Mechanical keyboards are all the rage these days, and while they've become popular with gamers looking to get an edge in competition, they are also sought out by professionals looking for more accuracy and feedback in typing. It's no wonder that purists still covet the IBM Model M, a spring-based keyboard originally introduced way back in 1984. That's because the heavy, responsive feel you get from a spring simply cannot be replicated in today's membrane-based keyboards, which use a rubber dome in place of a spring. They're quieter, cheaper, and lighter, which are all good things, but one thing membrane-based keyboards do not lend themselves to is actual typing performance.
So, is our only option to search around the web for IBM's Model M relics? Of course not! Thankfully, several manufacturers have endeavored to bring back the crisp, chunky feeling of the mechanical keyboard, but sporting a number of modern updates. Perhaps best known among these purveyors of typing sensibility is Cherry, a company based in Germany that markets a whole range of mechanical switches, as well as complete keyboards and mice. We'll be looking at several products featuring Cherry's offerings, as well as one that has a lower-cost substitute. The goal is to give you a broad sense of what's available, and what's worth buying!
You can catch The Tech Buyer's Guru in a humorous demo of several of the mechanical keyboards in this article, as aired on the March 15, 2017 broadcast of KGW-8's Portland Today Show:
Here are the four keyboards we tested in this roundup:
- Cherry MX Board Silent - unavailable as or our publication date (thank you to Cherry for providing this review sample)
- Corsair K70 Lux MX Red - $109 as of our publication date (thank you to Newegg and Corsair for providing this review sample)
- Roccat Suora FX Brown - $123 as of our publication date (thank you to Roccat for providing this review sample)
- Rosewill RK-9300 BR - $90 as of our publication date (thank you to Rosewill for providing this review sample)
All four of these keyboards are mechanical in nature, but each has a slightly different switch inside. Cherry MX switches, by far the most popular mechanical switches on the market, are used in the Rosewill, Corsair, and obviously the Cherry keyboard, but even these are each quite different. You can see all the current Cherry switches in the display pictured below. We captured this image while chatting with Cherry representatives at CES 2017, and they were clearly excited about their expanding lineup of offerings.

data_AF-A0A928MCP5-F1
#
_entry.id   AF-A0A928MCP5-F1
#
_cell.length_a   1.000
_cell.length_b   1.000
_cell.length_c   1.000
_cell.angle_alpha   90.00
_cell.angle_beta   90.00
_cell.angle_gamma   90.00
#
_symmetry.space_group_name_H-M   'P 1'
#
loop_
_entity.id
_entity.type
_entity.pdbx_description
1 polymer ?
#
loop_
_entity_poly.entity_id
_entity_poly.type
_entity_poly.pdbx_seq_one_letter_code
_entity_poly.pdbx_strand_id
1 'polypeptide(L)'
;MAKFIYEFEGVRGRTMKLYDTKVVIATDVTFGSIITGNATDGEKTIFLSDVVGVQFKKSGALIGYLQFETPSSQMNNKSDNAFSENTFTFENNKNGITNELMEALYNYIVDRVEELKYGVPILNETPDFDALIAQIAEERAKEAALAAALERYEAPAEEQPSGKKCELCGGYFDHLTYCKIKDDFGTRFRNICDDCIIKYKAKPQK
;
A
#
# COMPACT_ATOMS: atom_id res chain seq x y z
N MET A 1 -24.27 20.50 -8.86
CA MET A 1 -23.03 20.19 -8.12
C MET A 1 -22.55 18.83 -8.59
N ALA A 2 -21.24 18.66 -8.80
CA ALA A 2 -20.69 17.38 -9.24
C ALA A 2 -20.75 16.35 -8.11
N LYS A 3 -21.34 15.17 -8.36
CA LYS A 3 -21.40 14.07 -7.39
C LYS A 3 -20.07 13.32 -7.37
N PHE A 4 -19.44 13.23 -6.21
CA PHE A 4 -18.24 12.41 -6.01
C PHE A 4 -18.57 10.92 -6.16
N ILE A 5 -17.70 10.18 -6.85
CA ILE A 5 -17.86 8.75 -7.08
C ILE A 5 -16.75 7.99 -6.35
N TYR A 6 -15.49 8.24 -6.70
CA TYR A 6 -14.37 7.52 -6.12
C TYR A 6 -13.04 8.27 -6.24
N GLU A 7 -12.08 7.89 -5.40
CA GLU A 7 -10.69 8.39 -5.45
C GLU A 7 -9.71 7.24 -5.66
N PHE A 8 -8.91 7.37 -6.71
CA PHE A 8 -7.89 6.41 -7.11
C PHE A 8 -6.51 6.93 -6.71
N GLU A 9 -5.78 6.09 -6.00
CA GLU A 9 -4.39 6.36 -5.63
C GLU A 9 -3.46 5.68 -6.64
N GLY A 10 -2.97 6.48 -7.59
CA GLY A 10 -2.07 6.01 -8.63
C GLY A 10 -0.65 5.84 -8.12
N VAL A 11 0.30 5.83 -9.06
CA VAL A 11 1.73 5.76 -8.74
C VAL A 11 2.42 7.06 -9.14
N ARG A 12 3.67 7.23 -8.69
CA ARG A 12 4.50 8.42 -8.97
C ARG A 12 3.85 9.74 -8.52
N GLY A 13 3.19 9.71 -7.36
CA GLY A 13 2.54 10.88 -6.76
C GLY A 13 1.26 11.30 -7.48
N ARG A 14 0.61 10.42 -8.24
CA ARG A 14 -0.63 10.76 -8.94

The Corsair board uses what's likely the most common switch, the linear, non-clicky MX Red. The Rosewill board uses the MX Brown switch, which adds tactile feedback. Interestingly, in what we believe is a cost-saving move, the Roccat uses a competitor's switch, specifically the TTC Brown switch. These are far less common in the market, but as we'll discuss later, they seem to work as well, at least in the short term. Long-term durability isn't yet known.
Finally, we get to the MX Red Silent switch, pictured here, which is in the Cherry-branded keyboard we've included in this roundup. The standard MX Red switch, released in 2008, is one of Cherry's newer switches, and is marketed primarily at gamers. Cherry realized, however, that it's lower noise output appealed to a number of users, and has now gone the extra step to convert the MX Red to a true office professional's switch by giving it the "silent" treatment. Here's what Cherry has to say about this switch:
patented (patent pending) noise reduction with integrated 2-component stem and worldwide unique Gold Crosspoint contact technology; minimises bottom-out and top out noise.
This switch is still hard to find in mainstream keyboards, and Cherry sent us a sample of their in-house silent model, simply dubbed the "MX Board Silent." We'll share our impressions later on, but there's no doubt that the MX Red Silent switch used in this keyboard feels fundamentally different than any switch that's come from Cherry previously. Note that the MX Board Silent isn't available for sale in the U.S. as this time, but given that it's basically a bog-standard white office keyboard modeled after products from the 1980s and 1990s, we view it mostly as a vehicle for testing these innovative new switches.
To get the most objective take on the contenders, we brought together two testers to try all of the products back-to-back, in the very same game: Battlefield 1.
Ari, TBG's founder, used the following system:
- CPU: Intel Core i7-7700K Quad-Core
- Motherboard: Gigabyte GA-Z270X-UD3
- Memory: Corsair 2x8GB Vengeance LPX DDR4-3000
- Video Card #1: EVGA GeForce GTX 1070 SC 8GB
- Video Card #2: EVGA GeForce GTX 1070 FE 8GB
- Solid-State Drive: Samsung 850 Evo 500GB M.2
Alex, TBG's lead web developer, used the following system:
- CPU: Intel Core i5-6600K Quad-Core
- Motherboard: Asus Z170-A
- Memory: Corsair 2x8GB Vengeance LPX DDR4-2666
- Video Card: Sapphire Radeon R9 Fury Nitro Tri-X OC+ 4GB
- Solid-State Drive: Crucial MX200 512GB
Using these high-end machines ensured that we could pick up on any flaws in the sample keyboards that led to missed keystrokes. Ari and Alex spent about two hours playing in the same online multiplayer matches, switching off peripherals after each round. On the next page, we'll provide you more details on each of the contenders. We also tested out each keyboard for an extended typing session.